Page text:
Workers Memorial Day 2007, a day to remember those who have suffered and died on the job and to renew the fight for safe workplaces, will be observed by the Allegheny County Labor Council, in Pittsburgh, PA on Monday, April 30 at noon in Market Square. This ceremony will also commemorate the 100th anniversary of The Pittsburgh Survey, (1907-1908) the pioneering work of Crystal Eastman and others which investigated the horrendous living conditions of Pittsburgh’s working class. Leo W. Gerard, International President of the United Steelworkers, whose leadership saw the enactment of the Westray Bill of the Criminal Code of Canada, which holds corporations criminally liable when workers are killed or injured, will be the keynote speaker. The Allegheny County Bell, symbolic of a worker whose untimely death may have saved many, will be struck to remember those who have died due to unsafe working conditions this past year in Western Pennsylvania.
Crystal Eastman, founder of the Women’s International League of Peace and Freedom and co-founder of the American Civil Liberties Union, came to Pittsburgh 100 years ago in 1907 and began an investigation of the labor conditions. Her report, Work Accidents and the Law, cataloged 526 workplace deaths that occurred in only 1 year in Allegheny County and highlighted the inadequacy of worker protection and compensation. This report was one of a 6 volume series that is known collectively as The Pittsburgh Survey, which examined life and labor in America’s 5th largest city, home to a massive exploited immigrant labor force. The progressive reforms this series called for were hindered by the oppressive power of Pittsburgh’s industrialists and its political machine.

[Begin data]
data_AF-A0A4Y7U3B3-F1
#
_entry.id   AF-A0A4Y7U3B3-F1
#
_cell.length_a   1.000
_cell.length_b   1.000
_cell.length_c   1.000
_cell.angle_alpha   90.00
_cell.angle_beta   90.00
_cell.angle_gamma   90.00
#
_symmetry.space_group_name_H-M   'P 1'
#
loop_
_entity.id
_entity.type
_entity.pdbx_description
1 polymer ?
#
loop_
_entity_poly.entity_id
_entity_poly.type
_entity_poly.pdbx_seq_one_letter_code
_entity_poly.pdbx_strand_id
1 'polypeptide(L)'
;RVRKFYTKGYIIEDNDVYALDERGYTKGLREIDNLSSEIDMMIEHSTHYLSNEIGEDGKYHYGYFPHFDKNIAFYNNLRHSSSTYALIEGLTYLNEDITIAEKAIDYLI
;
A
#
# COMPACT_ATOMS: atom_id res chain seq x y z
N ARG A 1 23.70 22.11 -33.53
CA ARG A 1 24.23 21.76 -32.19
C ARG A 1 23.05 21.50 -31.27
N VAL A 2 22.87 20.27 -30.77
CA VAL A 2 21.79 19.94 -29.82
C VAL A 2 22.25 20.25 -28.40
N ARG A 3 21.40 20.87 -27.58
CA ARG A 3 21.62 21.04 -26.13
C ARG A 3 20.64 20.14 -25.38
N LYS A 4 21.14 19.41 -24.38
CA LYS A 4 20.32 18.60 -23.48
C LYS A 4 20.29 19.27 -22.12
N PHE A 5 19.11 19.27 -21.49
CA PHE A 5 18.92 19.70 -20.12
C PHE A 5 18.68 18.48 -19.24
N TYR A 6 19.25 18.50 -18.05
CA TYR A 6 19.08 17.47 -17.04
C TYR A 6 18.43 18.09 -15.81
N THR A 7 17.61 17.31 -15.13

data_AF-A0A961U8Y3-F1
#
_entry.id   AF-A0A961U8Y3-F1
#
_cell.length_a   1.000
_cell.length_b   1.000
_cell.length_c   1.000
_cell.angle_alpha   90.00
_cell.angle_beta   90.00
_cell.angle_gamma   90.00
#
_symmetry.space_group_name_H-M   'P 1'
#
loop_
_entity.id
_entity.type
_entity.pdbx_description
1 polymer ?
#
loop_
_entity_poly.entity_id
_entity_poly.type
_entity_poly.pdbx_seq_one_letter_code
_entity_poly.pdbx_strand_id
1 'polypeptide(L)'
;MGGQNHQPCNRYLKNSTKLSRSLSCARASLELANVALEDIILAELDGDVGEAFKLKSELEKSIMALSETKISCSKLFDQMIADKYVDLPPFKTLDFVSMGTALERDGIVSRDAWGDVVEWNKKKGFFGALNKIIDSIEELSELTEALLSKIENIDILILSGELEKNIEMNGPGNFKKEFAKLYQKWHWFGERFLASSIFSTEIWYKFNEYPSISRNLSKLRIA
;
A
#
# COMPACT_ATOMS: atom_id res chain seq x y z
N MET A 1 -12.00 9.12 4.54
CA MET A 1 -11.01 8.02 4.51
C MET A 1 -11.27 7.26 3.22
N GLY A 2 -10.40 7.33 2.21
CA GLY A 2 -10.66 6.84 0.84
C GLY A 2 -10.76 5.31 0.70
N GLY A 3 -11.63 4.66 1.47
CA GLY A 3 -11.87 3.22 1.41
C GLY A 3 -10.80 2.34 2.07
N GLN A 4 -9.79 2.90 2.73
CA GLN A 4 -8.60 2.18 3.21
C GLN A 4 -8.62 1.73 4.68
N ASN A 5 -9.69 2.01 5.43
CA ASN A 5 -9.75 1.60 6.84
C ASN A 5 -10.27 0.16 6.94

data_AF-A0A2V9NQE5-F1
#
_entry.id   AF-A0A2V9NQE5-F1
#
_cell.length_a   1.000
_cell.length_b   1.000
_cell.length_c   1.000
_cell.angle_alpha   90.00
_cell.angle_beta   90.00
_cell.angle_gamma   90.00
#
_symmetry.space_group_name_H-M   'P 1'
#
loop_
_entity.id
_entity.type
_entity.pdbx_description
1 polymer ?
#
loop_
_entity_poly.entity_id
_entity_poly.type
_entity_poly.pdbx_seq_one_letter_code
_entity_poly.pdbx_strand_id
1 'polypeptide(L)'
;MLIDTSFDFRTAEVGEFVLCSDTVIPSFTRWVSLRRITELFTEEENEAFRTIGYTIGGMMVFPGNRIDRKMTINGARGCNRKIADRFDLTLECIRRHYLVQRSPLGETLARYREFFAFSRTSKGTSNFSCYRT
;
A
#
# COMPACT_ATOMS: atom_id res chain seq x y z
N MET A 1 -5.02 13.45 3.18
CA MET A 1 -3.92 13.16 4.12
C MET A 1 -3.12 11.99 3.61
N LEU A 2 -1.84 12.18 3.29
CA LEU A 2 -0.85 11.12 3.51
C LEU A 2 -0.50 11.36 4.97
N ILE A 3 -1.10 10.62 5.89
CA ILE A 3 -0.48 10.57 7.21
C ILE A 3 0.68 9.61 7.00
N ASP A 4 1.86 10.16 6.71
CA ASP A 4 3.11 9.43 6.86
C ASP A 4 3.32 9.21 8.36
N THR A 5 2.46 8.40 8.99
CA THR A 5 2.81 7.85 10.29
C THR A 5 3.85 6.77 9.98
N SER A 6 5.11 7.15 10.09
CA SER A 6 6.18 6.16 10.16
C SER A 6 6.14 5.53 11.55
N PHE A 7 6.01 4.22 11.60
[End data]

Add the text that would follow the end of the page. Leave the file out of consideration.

Unfortunately 100 years later in 2007, workers still face many obstacles to achieving a safe workplace. The Bush administration, acting on behalf of corporate interests has moved to roll back and weaken existing worker protections. It has the worst record on safety rules in OSHA’s entire history, issuing no new significant rules during its first term. In 2006, as a result of the Sago mine disaster, the number of coalmine deaths doubled, with 47 coal miners killed on the job. After withdrawing dozens of needed safety rules under development in 2001, the Bush administration now is being compelled to issue stronger mine safety protections. Since Bush took office, there have been repeated attempts at slashing funding for OSHA, MSHA and NIOSH and since 2001 OSHA’s budget has been cut by $25.4 million.
OSHA lacks the resources to protect the 100 million workers under its jurisdiction. With its only 900 inspectors, it would take 110 years for OSHA to visit every worksite under its jurisdiction. The number of hours spent per OSHA inspection continues to decrease and the number of cases “downgraded” to less serious violations is rising. Penalties for serious violations remain low and are routinely reduced through a process called abatement. The killing of a worker through the “willful” violation of a safety law is a misdemeanor, with a maximum sentence of 6 months in jail. In the 20 years between 1982 and 2002, only 1700 out of 170,000 workplace fatalities were deemed “willful”. OSHA declined to seek prosecution in 93% of these 1700 “willful” violations and less than 20 of these “willful” violators ever were imprisoned.
Each year, approximately 4.2 million workers are injured, over 5000 are killed and another 50,000 die due to occupational exposure. American workers need a strong OSHA and MSHA that puts workers, not employers, first and protects health and safety not corporate interests. Crystal Eastman’s pioneering work in Allegheny County 100 years ago was an important landmark in this ongoing struggle for workplace health and safety. Workers’ Memorial Day 2007 in Pittsburgh PA, will celebrate her important contribution to workplace safety, honor those who have lost their lives while on the job in western PA, and promote the health and safety of all workers.
Donna Puleio Spadaro, MD
Allegheny County Labor Council Workers’ Memorial Day Committee
The author’s brother, Gary Puleio, fell 25 feet from a concrete tower and was killed on August 15, 2001. After admitting no wrongdoing, the company which had informally settled multiple serious violations only months before Gary was killed, paid a $6000 fine.